(2) the pro rata distribution to all RST shareholders of (a) the INDECO bonds thus acquired; (b) RST's shareholdings in Botswana RST Ltd.; and (c) RST shareholdings in RCM, except for the 20% interest required to be held by RST or its nominee under the management provision of the Zambian agreement; and
(3) the acquisition of the remainder of RST by AMAX, for which non-AMAX shareholders of RST would be paid approximately $76 million principal amount of 8% AMAX subordinated debentures with common stock warrants attached and $6.3 million in cash.
On April 8, 1970, plaintiff Kohn, as trustee of American Depositary Receipts representing 2000 shares of RST, filed a complaint against the defendants derivatively on behalf of RST and also as representative of all non-AMAX shareholders of RST. Seeking to enjoin the proposed amalgamation, he alleged the following in his complaint:
(1) defendants had violated the disclosure provisions of section 10(b) of the Securities and Exchange Act of 1934, 15 U.S.C. § 78j, and Rule 10b-5, 17 C.F.R. § 240.10b-5, promulgated thereunder;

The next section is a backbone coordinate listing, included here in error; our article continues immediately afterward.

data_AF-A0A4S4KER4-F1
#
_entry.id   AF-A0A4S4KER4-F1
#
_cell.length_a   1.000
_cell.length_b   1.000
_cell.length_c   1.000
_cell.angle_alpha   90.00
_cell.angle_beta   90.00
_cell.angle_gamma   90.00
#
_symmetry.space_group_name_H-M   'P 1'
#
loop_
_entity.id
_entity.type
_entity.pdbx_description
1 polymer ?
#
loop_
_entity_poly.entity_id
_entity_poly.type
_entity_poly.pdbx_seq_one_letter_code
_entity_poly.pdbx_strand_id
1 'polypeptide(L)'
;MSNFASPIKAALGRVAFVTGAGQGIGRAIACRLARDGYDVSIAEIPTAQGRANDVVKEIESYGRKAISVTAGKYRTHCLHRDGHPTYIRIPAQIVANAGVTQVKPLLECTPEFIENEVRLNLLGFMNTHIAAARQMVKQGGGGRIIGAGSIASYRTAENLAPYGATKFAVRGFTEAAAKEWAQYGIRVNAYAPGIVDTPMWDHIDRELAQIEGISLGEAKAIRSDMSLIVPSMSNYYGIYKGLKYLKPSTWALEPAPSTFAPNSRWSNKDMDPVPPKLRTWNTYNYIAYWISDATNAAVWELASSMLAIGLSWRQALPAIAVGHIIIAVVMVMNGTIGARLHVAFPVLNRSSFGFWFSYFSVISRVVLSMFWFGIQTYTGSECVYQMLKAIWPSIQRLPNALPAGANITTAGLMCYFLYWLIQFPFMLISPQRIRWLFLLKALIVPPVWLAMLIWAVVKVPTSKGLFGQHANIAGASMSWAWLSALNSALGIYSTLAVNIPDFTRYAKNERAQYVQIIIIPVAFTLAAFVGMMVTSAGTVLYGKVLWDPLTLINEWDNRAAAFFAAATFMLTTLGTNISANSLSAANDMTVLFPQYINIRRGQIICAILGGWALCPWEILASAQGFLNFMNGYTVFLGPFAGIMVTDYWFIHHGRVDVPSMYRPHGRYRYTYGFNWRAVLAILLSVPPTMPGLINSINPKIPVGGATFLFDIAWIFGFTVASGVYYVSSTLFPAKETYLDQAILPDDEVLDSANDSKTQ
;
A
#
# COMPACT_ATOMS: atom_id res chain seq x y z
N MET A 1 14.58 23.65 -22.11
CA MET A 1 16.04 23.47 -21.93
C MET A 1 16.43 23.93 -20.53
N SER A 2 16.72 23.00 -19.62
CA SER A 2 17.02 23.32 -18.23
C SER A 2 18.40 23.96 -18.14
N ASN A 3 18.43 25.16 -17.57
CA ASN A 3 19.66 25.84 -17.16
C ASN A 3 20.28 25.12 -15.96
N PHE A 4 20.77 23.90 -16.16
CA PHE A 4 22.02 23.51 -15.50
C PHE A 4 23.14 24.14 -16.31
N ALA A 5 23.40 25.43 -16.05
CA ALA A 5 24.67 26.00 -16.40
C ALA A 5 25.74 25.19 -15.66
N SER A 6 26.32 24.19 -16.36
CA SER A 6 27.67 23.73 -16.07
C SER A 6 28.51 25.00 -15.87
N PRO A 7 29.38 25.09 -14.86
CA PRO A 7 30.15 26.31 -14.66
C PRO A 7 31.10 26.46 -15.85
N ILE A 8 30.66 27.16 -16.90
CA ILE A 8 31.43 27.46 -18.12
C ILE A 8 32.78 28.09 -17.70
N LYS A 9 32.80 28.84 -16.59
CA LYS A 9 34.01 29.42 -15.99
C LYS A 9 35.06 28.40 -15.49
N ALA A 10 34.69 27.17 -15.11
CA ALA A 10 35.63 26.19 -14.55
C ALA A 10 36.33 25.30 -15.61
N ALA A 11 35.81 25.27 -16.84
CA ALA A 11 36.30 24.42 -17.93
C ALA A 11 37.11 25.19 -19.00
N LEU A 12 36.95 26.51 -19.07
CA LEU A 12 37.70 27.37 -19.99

(2) the proposed amalgamation would violate section 7 of the Clayton Act, 15 U.S.C. § 18; and
(3) the terms of the amalgamation evidenced a fraud on non-AMAX shareholders of RST, were unfair to these shareholders' interests in the corporation, and demonstrated a breach of fiduciary duty by AMAX, as a controlling RST shareholder.
The approval of both the High Court of Zambia and the RST shareholders was necessary before the amalgamation could be effected. On July 8, 1970, the district court enjoined the distribution of proxy material to RST shareholders, unless defendants included therewith a letter prepared by plaintiff Kohn setting forth his bases for claiming that the proposed amalgamation was unfair. The Court's order specifically provided that inclusion of Kohn's letter was "without prejudice to plaintiffs' claims that [the proxy material] was in substance materially misleading or otherwise violative of Section 10(b) and . . . Rule 10b-5. . . ." This condition was met and the shareholders were sent an Explanatory Statement with Appendices setting forth the details of the RST-AMAX reorganization.